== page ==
The last week has seen a series of heated debates in the U.S. Senate regarding major changes to the U.S. immigration system. These changes may make lasting changes to current U.S. policy that would enable numerous individuals to seek gainful employment in the U.S. In addition, proposed changes would effect the enforcement of immigration law in the U.S. These debates surround the Kennedy/McCain Bill, that was proposed by the U.S. Senate Judiciary Committee in late March of this year which contains numerous measures that are favorable to immigration and immigrants.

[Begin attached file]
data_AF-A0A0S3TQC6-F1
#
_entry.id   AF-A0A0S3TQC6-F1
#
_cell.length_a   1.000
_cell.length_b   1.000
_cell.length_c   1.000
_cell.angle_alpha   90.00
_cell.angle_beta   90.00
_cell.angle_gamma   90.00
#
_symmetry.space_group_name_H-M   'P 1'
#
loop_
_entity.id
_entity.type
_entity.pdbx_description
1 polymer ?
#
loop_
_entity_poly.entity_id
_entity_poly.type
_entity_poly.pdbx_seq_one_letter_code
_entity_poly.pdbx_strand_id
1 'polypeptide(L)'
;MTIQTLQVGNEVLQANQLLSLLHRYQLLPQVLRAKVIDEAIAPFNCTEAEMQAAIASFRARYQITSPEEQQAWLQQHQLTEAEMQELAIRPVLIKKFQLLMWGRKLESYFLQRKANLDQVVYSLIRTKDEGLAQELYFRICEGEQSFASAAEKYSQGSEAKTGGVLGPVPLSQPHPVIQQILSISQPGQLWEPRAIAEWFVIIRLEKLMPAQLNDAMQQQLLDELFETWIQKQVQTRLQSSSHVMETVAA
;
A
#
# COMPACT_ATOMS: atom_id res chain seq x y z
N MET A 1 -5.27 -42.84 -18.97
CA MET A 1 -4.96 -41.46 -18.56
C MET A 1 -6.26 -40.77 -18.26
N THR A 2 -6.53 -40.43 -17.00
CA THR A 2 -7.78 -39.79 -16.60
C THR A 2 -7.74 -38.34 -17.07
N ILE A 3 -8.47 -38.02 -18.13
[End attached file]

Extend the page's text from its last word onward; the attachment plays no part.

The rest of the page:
It is important to note, however, that these proposed measures are still at an early stage in the legislative process. The amendments will first go through a series of discussions on the Senate floor, in which the Senate as a whole will decide which (if any) of these amendments will be included in the final version of the Kennedy/McCain Bill. If the bill then passes the Senate, it will need to be processed through the House of Representatives. The House has already passed an immigration bill that was focused only on enforcement of issues (and was quite anti-immigrant in content). A House Conference Committee will have to be convened to discuss the Senate’s Bill. The House and the Senate will then need to approve the finalized bill before it can be sent to the President to be signed into law.